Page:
1.A.4.a i - Commercial and Institutional: Stationary Combustion

Last updated on 16 Oct 2015 06:20 (cf. Authors)

Short description


The source category 1.A.4.a.i - Commercial and Institutional: Stationary Combustion emissions from commercial and institutional combustion installations are reported.

NFR-Code Name of Category Method AD EF Key Source for (by1)
1.A.4.a i Commercial and Institutional: Stationary Combustion T2, T3 NS CS NMVOC (L/T), CO (L/T), PM2.5 (L/T), PM10 (L/T), TSP (L/T) - PCDD/F (L), PAH (L/T)


For activity data and emission factors see 1.A.4. - Other: Stationary Combustion.

Table: Emission factors for commercial and institutional combustion installations
Fuel [kg/TJ] [mg/TJ] [µg/TJ]
Hard Coal 76 332 2,709 48 18.5 17.6 15.7 60,000 16.3
Residual Wood 93 9.3 2,201 99 68 63 55 430,000 355.3
Light Heating Oil 44 60 12 2.6 1.3 1.3 1.3 4,000 2.7
Natural Gas 27 0.5 11 0.36 0.03 0.03 0.03 40 1.6

TSP and PM emission factors are to a large extend based on measurements without condensed compounds, according to CEN-TS 15883, annex I.
PAH measurement data contain the following individual substances: Benzo(a)pyrene, Benzo(k)fluoranthene, Indeno(1,2,3-cd)pyrene, Benzo(b)fluoranthene, Benzo(j)fluoranthene, Benzo(ghi)perylene, Anthracene, Benzo(a)anthracene, Chrysene(+Trihenylene) and Dibenz(a,h)anthracene, as a specific part of US EPA.

Trend Discussion for Key Sources

The following charts give an overview and assistance for explaining dominant emission trends of selected pollutants.

Fuel Consumption

Annual fluctuations of all fuel types in source category 1.A.4 depend on heat demand subject to winter temperatures. From 1990 to the present time, fuel use changed considerably from coal & lignite to natural gas. The consumption of light heating oil decreased as well. As the activity data for light heating oil is based on the sold amount, it fluctuates due to fuel prices and changing storage amounts.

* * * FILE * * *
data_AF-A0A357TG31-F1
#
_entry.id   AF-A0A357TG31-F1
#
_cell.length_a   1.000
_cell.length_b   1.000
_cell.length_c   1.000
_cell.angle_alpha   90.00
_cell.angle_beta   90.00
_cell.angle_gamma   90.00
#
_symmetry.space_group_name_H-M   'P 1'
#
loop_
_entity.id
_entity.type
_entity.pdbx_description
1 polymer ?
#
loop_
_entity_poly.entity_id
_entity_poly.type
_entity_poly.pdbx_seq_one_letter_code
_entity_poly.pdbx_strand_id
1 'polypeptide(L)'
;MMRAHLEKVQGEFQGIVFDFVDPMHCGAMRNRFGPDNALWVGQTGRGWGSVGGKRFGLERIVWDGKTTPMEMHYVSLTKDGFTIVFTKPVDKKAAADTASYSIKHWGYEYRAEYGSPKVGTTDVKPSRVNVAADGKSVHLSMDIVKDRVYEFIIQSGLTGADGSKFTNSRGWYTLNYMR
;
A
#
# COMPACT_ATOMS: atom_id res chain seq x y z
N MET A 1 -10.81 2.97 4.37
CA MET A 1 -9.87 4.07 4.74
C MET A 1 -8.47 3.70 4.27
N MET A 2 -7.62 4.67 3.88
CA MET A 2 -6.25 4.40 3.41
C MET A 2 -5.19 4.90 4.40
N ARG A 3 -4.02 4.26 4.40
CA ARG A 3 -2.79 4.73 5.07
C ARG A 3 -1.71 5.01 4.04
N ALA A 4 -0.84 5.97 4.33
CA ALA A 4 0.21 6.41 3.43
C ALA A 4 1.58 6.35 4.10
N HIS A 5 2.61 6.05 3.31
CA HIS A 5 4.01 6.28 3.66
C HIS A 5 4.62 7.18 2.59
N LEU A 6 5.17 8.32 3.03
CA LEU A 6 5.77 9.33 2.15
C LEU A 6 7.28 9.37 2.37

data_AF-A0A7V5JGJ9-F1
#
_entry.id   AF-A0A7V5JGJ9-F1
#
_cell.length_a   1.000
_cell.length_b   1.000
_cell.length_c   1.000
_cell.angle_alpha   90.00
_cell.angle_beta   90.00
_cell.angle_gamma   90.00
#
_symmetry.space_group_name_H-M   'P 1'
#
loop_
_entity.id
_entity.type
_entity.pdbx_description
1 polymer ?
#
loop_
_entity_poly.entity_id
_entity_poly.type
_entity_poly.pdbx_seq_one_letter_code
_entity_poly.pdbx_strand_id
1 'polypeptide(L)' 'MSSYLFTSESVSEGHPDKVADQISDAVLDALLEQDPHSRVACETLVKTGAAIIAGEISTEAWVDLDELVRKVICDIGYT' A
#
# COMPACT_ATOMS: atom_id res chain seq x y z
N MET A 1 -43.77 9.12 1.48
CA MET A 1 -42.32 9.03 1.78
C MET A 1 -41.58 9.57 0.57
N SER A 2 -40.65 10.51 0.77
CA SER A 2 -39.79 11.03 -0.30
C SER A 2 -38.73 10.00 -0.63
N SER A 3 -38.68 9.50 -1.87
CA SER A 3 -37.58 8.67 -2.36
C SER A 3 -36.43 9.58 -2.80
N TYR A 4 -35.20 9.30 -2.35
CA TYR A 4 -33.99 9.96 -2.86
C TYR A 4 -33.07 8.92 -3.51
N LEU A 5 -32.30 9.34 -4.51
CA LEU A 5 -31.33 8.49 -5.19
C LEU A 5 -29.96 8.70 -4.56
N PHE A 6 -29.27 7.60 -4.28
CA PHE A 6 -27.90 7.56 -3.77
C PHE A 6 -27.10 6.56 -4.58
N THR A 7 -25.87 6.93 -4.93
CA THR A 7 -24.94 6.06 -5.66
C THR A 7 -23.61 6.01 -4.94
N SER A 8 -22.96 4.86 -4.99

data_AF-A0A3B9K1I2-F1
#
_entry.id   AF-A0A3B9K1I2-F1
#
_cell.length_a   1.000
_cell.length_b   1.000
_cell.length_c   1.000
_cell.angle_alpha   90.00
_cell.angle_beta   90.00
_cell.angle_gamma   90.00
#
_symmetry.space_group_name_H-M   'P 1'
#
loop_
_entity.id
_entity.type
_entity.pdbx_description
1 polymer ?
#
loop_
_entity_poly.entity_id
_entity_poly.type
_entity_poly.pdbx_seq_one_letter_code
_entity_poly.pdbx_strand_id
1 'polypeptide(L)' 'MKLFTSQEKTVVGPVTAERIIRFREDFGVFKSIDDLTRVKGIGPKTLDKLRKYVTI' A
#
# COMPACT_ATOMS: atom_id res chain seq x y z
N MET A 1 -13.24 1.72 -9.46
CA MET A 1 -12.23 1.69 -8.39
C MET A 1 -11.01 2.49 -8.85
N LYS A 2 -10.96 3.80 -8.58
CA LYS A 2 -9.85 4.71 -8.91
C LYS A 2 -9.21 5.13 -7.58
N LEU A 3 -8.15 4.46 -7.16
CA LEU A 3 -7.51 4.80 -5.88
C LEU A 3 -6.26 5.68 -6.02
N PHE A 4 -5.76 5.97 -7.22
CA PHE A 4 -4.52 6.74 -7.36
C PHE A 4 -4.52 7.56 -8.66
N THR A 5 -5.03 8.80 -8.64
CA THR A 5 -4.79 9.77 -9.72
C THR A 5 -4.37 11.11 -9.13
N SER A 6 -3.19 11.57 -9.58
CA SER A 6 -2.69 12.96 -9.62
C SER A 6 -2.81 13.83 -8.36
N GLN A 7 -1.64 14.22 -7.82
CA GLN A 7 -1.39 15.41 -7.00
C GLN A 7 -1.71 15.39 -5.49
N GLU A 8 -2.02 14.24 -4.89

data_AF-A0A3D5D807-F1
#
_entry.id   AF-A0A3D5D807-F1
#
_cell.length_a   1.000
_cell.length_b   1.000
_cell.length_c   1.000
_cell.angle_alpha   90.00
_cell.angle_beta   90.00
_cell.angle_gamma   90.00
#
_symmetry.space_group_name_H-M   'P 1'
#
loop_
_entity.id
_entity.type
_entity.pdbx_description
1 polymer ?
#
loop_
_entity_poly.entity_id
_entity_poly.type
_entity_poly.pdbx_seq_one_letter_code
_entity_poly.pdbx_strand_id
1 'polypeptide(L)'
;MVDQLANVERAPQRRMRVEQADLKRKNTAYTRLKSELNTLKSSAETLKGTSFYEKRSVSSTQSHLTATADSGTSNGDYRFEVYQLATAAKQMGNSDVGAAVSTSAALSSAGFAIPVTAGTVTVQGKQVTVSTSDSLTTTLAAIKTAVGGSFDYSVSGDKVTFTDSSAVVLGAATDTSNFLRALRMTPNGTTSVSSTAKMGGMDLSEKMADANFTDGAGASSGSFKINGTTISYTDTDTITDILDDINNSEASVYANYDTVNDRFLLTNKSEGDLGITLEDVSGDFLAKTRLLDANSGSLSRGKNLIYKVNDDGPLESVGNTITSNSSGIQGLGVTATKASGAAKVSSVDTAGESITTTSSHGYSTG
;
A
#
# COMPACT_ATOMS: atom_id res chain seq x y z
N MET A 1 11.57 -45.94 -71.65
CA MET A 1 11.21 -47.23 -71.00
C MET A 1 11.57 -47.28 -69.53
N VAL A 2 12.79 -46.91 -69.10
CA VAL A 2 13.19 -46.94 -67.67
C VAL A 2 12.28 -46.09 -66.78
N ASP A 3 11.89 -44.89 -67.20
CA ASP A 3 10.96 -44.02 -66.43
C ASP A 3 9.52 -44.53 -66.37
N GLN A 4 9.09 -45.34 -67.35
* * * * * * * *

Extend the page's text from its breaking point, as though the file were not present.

The remarkable decrease of hard coal consumption in 2012 is caused by a change in statistics (data source). It's planned to revise the NEB back to 2003 in order to assure time series consistency.

Non-Methane Volatile Organic Compounds - NMVOC and Carbon monoxide - CO

Main driver of the NMVOC and CO emission trends is the decreasing lignite consumption: Since 1990 the fuel use changed from solid fuels causing high NMVOC and CO emissions to gaseous fuels producing much lower emissions.

Particulate Matter - PM2.5 & PM10 & TSP

The emission trends for PM2.5, PM10, and TSP are also influenced severely by decreasing coal consumption in small combustion plants, particularly in the period from 1990 to 1994. Since 1995 the emission trend hardly changed. Increasing emissions in the last years are caused by the rising wood combustion.

Persistent Organic Pollutants

The main driver of the POPs emission trend are coal and fuel-wood. PCDD/F emissions decrease from 1990 to 2003 due to decreasing lignite consumption. The use of firewood and therefore PCDD/F emissions from wood combustion show a constant development.


Recalculations were necessary for the latest reference year (2012) due to the availability of the National Energy Balance. Germany has a federal structure which causes a time lack of the National Energy Balance. Therefore recalculations are always necessary.

For pollutant specific information on qualitative and quantitative impacts on 1990 and 2012 emission estimates see chapter 11. Recalculations.

Planned improvements

It is planned to calculate a complete time series for liquid biomass in order to ensure the time consistency. Currently only data for 2010-2013 are available.
Furthermore it's planned to evaluate dioxine emission factors, especially in terms of natural gas and heating oil.

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